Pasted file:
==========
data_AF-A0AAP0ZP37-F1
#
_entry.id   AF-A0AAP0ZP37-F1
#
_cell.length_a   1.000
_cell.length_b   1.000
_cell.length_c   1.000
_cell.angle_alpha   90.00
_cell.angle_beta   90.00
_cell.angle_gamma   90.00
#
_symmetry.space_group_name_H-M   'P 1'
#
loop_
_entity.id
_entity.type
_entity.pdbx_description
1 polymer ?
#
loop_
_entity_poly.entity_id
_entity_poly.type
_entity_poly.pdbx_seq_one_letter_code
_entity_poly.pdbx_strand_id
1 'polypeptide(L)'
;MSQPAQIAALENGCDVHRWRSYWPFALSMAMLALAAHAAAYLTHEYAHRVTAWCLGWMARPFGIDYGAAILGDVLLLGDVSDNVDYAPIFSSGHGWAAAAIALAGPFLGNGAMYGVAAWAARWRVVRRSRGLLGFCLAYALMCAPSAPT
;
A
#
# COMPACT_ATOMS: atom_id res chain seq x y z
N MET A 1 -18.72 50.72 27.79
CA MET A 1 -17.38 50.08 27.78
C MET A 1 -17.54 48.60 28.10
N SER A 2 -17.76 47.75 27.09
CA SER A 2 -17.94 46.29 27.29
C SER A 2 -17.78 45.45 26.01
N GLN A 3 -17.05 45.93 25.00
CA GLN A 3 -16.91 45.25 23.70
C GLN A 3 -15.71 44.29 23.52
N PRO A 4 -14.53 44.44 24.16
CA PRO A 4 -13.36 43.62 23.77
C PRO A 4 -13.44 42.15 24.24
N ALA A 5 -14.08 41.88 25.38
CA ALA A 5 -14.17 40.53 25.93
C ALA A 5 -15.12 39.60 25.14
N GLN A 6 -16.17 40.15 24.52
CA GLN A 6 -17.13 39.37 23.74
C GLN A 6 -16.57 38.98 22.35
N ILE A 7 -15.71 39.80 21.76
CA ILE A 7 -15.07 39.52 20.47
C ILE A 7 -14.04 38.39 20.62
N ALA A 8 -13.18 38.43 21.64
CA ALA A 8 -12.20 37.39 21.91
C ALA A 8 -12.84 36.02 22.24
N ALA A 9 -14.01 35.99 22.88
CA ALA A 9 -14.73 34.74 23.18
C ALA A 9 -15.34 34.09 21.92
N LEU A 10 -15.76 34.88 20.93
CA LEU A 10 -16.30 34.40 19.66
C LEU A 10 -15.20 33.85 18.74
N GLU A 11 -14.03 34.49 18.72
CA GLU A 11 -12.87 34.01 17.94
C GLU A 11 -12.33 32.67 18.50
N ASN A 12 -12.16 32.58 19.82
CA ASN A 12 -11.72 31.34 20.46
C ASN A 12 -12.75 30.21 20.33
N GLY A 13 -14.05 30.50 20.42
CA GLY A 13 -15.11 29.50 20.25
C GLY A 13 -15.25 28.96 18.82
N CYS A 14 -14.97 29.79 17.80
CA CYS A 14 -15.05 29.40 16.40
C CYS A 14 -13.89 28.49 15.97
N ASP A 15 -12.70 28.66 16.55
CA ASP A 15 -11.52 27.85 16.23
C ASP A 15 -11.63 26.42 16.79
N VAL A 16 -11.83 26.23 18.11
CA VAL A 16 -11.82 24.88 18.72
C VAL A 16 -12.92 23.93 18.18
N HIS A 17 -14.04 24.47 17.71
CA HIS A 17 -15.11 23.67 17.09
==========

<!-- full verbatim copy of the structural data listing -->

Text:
data_AF-A0AAP0ZP37-F1
#
_entry.id   AF-A0AAP0ZP37-F1
#
_cell.length_a   1.000
_cell.length_b   1.000
_cell.length_c   1.000
_cell.angle_alpha   90.00
_cell.angle_beta   90.00
_cell.angle_gamma   90.00
#
_symmetry.space_group_name_H-M   'P 1'
#
loop_
_entity.id
_entity.type
_entity.pdbx_description
1 polymer ?
#
loop_
_entity_poly.entity_id
_entity_poly.type
_entity_poly.pdbx_seq_one_letter_code
_entity_poly.pdbx_strand_id
1 'polypeptide(L)'
;MSQPAQIAALENGCDVHRWRSYWPFALSMAMLALAAHAAAYLTHEYAHRVTAWCLGWMARPFGIDYGAAILGDVLLLGDVSDNVDYAPIFSSGHGWAAAAIALAGPFLGNGAMYGVAAWAARWRVVRRSRGLLGFCLAYALMCAPSAPT
;
A
#
# COMPACT_ATOMS: atom_id res chain seq x y z
N MET A 1 -18.72 50.72 27.79
CA MET A 1 -17.38 50.08 27.78
C MET A 1 -17.54 48.60 28.10
N SER A 2 -17.76 47.75 27.09
CA SER A 2 -17.94 46.29 27.29
C SER A 2 -17.78 45.45 26.01
N GLN A 3 -17.05 45.93 25.00
CA GLN A 3 -16.91 45.25 23.70
C GLN A 3 -15.71 44.29 23.52
N PRO A 4 -14.53 44.44 24.16
CA PRO A 4 -13.36 43.62 23.77
C PRO A 4 -13.44 42.15 24.24
N ALA A 5 -14.08 41.88 25.38
CA ALA A 5 -14.17 40.53 25.93
C ALA A 5 -15.12 39.60 25.14
N GLN A 6 -16.17 40.15 24.52
CA GLN A 6 -17.13 39.37 23.74
C GLN A 6 -16.57 38.98 22.35
N ILE A 7 -15.71 39.80 21.76
CA ILE A 7 -15.07 39.52 20.47
C ILE A 7 -14.04 38.39 20.62
N ALA A 8 -13.18 38.43 21.64
CA ALA A 8 -12.20 37.39 21.91
C ALA A 8 -12.84 36.02 22.24
N ALA A 9 -14.01 35.99 22.88
CA ALA A 9 -14.73 34.74 23.18
C ALA A 9 -15.34 34.09 21.92
N LEU A 10 -15.76 34.88 20.93
CA LEU A 10 -16.30 34.40 19.66
C LEU A 10 -15.20 33.85 18.74
N GLU A 11 -14.03 34.49 18.72
CA GLU A 11 -12.87 34.01 17.94
C GLU A 11 -12.33 32.67 18.50
N ASN A 12 -12.16 32.58 19.82
CA ASN A 12 -11.72 31.34 20.46
C ASN A 12 -12.75 30.21 20.33
N GLY A 13 -14.05 30.50 20.42
CA GLY A 13 -15.11 29.50 20.25
C GLY A 13 -15.25 28.96 18.82
N CYS A 14 -14.97 29.79 17.80
CA CYS A 14 -15.05 29.40 16.40
C CYS A 14 -13.89 28.49 15.97
N ASP A 15 -12.70 28.66 16.55
CA ASP A 15 -11.52 27.85 16.23
C ASP A 15 -11.63 26.42 16.79
N VAL A 16 -11.83 26.23 18.11
CA VAL A 16 -11.82 24.88 18.72
C VAL A 16 -12.92 23.93 18.18
N HIS A 17 -14.04 24.47 17.71
CA HIS A 17 -15.11 23.67 17.09